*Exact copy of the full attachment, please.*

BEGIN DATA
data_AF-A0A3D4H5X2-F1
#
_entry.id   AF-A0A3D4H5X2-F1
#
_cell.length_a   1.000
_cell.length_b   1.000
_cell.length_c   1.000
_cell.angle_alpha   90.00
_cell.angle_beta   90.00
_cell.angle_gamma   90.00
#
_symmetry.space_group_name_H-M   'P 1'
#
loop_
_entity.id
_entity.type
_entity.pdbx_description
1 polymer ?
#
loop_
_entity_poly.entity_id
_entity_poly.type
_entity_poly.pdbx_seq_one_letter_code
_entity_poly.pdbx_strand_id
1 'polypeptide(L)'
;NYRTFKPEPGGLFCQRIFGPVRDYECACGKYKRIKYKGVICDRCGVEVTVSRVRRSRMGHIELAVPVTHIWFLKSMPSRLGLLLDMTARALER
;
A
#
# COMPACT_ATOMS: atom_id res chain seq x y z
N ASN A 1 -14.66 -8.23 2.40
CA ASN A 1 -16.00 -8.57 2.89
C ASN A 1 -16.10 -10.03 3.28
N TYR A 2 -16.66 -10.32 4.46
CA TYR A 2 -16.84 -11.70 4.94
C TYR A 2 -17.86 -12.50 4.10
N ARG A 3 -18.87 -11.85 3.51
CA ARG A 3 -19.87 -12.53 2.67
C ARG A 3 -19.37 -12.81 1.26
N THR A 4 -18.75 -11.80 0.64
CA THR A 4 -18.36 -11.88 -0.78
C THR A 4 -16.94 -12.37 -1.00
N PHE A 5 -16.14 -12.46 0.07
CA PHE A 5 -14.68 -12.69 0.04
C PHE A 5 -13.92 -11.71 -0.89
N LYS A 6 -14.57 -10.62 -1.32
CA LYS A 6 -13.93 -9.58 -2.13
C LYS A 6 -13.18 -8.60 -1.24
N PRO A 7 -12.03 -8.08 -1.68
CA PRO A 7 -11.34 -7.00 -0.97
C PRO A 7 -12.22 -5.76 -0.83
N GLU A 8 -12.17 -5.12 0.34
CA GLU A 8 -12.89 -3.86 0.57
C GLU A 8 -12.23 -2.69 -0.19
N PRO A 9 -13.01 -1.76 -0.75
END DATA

data_AF-A0A3D4H5X2-F1
#
_entry.id   AF-A0A3D4H5X2-F1
#
_cell.length_a   1.000
_cell.length_b   1.000
_cell.length_c   1.000
_cell.angle_alpha   90.00
_cell.angle_beta   90.00
_cell.angle_gamma   90.00
#
_symmetry.space_group_name_H-M   'P 1'
#
loop_
_entity.id
_entity.type
_entity.pdbx_description
1 polymer ?
#
loop_
_entity_poly.entity_id
_entity_poly.type
_entity_poly.pdbx_seq_one_letter_code
_entity_poly.pdbx_strand_id
1 'polypeptide(L)'
;NYRTFKPEPGGLFCQRIFGPVRDYECACGKYKRIKYKGVICDRCGVEVTVSRVRRSRMGHIELAVPVTHIWFLKSMPSRLGLLLDMTARALER
;
A
#
# COMPACT_ATOMS: atom_id res chain seq x y z
N ASN A 1 -14.66 -8.23 2.40
CA ASN A 1 -16.00 -8.57 2.89
C ASN A 1 -16.10 -10.03 3.28
N TYR A 2 -16.66 -10.32 4.46
CA TYR A 2 -16.84 -11.70 4.94
C TYR A 2 -17.86 -12.50 4.10
N ARG A 3 -18.87 -11.85 3.51
CA ARG A 3 -19.87 -12.53 2.67
C ARG A 3 -19.37 -12.81 1.26
N THR A 4 -18.75 -11.80 0.64
CA THR A 4 -18.36 -11.88 -0.78
C THR A 4 -16.94 -12.37 -1.00
N PHE A 5 -16.14 -12.46 0.07
CA PHE A 5 -14.68 -12.69 0.04
C PHE A 5 -13.92 -11.71 -0.89
N LYS A 6 -14.57 -10.62 -1.32
CA LYS A 6 -13.93 -9.58 -2.13
C LYS A 6 -13.18 -8.60 -1.24
N PRO A 7 -12.03 -8.08 -1.68
CA PRO A 7 -11.34 -7.00 -0.97
C PRO A 7 -12.22 -5.76 -0.83
N GLU A 8 -12.17 -5.12 0.34
CA GLU A 8 -12.89 -3.86 0.57
C GLU A 8 -12.23 -2.69 -0.19
N PRO A 9 -13.01 -1.76 -0.75